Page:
You may not need both the roller and the brush. This will depend on how you want to paint your tiles, the size of the tiles, and how deep your grout is. That being said, it may be safer to have them both when it is time to start painting.
3. Clean The Tile
This a preparation step that can have a huge effect on the finished look of your painted countertop. You will want to remove everything off the countertop and maybe things in the near vicinity of it.
To start, mix some soap, ammonia, and hot water. You’ll need a scrub brush, but you may also want to use a sponge. Dip your scrub brush in the soapy water ad then use it to thoroughly scrub the countertop, especially the grout. You may also want to scrub the walls around the countertop as that could help the tape stick. Finish by rinsing it with clean water.
After it has dried go ahead and examine it. If there is any mildew or mold or stubborn grease, try scrubbing it again but with bleach this time. Then rinse it again with clean water. Make sure that all bleach is gone before it dries. The countertop must be as clean as possible before you start painting.
4. Sand The Tiles And Grout
You’ll want to lightly sand the tiles and grout to get rid of any old layers of grime and to give the tiles some grip to hold onto the paint. You will want to use 400 grit – 600 grit sandpaper. The layer you sand off must be as even as you can get it.
To get off all the leftover dust, wipe off your countertop with water (with no soap), and then, once it has dried go over it with some tack cloth and that should pick up any remaining dust.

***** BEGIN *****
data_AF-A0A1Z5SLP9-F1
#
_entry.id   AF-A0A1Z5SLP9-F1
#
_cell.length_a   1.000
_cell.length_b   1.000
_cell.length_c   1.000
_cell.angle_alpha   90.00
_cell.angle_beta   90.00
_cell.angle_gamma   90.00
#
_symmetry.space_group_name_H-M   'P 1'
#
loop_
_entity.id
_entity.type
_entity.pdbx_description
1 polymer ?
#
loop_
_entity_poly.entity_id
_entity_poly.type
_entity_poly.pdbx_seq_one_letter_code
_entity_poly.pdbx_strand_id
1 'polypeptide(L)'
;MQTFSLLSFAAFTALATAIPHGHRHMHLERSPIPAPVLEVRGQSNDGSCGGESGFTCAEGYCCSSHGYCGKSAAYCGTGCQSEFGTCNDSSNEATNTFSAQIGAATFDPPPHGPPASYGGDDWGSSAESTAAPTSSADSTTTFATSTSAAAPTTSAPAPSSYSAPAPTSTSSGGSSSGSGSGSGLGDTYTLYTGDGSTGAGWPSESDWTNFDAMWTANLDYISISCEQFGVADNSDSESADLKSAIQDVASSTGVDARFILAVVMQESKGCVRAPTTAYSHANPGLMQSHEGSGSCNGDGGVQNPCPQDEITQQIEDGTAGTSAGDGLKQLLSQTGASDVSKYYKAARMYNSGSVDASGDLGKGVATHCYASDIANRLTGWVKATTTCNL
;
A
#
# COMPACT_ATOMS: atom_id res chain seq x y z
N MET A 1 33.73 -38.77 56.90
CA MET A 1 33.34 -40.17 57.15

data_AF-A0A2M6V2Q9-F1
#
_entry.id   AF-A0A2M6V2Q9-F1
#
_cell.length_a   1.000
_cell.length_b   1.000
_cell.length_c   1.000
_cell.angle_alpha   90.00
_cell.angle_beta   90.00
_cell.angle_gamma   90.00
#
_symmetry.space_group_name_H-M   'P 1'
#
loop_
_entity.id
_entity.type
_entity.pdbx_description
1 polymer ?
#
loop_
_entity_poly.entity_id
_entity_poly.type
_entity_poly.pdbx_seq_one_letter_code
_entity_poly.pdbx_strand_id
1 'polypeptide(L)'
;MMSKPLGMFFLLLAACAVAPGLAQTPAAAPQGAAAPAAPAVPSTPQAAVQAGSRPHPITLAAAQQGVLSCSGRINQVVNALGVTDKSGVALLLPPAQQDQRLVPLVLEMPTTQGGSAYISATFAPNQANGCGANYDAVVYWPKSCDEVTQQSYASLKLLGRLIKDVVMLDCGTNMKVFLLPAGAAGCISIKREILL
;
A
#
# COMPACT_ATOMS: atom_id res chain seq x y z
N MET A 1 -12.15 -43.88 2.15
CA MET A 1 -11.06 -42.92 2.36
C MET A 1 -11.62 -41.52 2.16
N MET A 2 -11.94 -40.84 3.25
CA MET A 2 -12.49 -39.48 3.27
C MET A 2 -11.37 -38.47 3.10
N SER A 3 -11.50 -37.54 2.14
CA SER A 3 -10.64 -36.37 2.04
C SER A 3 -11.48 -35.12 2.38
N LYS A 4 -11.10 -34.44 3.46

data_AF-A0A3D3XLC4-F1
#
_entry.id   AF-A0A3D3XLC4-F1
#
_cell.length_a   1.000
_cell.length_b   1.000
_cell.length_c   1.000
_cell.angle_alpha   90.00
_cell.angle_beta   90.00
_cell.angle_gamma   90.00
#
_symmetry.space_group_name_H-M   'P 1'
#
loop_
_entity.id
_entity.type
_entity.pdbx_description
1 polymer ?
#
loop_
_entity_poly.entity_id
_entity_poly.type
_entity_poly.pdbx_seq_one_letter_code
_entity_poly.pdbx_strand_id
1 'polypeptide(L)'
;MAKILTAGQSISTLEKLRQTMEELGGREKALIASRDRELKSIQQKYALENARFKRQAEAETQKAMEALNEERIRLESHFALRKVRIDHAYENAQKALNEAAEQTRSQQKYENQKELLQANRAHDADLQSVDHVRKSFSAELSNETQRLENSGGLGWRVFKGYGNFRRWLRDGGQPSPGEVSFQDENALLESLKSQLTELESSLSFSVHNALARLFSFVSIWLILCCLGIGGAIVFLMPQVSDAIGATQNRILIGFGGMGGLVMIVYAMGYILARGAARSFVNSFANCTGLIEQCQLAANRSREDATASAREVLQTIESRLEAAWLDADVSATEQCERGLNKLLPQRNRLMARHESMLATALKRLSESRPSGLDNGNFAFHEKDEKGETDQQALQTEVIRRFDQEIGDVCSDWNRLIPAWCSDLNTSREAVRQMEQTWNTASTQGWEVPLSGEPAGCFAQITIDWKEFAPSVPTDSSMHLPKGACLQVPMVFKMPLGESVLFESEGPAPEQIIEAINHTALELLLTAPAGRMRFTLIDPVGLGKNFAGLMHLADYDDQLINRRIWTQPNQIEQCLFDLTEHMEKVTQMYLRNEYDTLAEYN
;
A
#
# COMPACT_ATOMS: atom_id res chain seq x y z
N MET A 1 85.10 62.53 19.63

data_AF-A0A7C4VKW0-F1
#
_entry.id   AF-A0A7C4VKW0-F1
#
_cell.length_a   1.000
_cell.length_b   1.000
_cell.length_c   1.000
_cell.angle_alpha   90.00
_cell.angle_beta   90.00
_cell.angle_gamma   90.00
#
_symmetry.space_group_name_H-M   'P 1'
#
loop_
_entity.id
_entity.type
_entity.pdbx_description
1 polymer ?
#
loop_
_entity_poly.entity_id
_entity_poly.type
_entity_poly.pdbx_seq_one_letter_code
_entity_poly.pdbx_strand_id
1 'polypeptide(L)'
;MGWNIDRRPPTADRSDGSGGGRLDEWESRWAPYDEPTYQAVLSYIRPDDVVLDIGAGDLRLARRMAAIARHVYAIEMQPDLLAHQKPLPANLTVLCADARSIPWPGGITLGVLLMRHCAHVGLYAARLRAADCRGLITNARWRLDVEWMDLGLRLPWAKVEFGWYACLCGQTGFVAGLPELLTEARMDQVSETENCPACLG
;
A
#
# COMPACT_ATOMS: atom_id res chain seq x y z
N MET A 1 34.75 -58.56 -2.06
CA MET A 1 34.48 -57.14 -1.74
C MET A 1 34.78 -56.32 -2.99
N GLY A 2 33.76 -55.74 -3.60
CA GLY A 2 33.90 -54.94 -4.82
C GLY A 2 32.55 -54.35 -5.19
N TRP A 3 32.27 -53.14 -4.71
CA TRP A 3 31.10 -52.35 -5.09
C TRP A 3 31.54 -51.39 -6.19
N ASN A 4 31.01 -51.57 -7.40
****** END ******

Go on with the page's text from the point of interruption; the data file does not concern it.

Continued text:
5. Tape Your Surroundings
Before you even open the paint or primer, you need to use your painter’s tape and tape around the edges of your project. You must be precise as possible when taping as the finished look depends a lot on this step.
Also, if you plan to paint the tiles a different color than the grout, you will need to tape the grout as well but I wouldn’t recommend doing this until after priming is complete. This will allow your grout to look nice and new.
If there is any potential that paint could drip on the ground while painting, then you may want to use painter’s plastic to cover the ground below where you’ll be working.
Though you do not have to tape to get your paint job done, the tape and the plastic will really help avoid messes and will help keep lines sharp and clean.
6. Prime The Tile
Use a roller to get a thick layer of white primer over every square inch of the countertop. You will want to be sure that the layer is as even as you can get it.
If you can not completely coat the grout with the roller then you may need to use a brush to prime and paint the grout.
If the tile underneath is especially bright in color, then you may need to apply another coat of primer to completely cover it up. This is important because the primer will be much better at hiding the previous tile color than the paint will be.
7. Paint The Tile
Once the primer has completely dried then you can go ahead and paint. A roller will be your best friend if you are painting the entire countertop one color. Make sure that each layer is thick and even. Check to make sure that there are no drips before the paint dries. Two layers of paint are recommended, but you may need to do more if it looks patchy.
You may also need to use a brush if the roller cannot get the grout evenly coated.
However, you may not want to paint the grout the same color as the tiles. In this case, you will want to tape off all of the grout before you paint. It will also be better to use a brush to paint each tile.
After the paint has dried you may want to apply a sealer afterward, depending on the paint you have chosen.
After the sealer has dried, you are completely done! You can go ahead and remove all plastic and tape. Once those have been removed, only clean and sharp lines should be left behind. You can also return everything in the vicinity to its place. Now you can enjoy your tile countertop that looks brand new!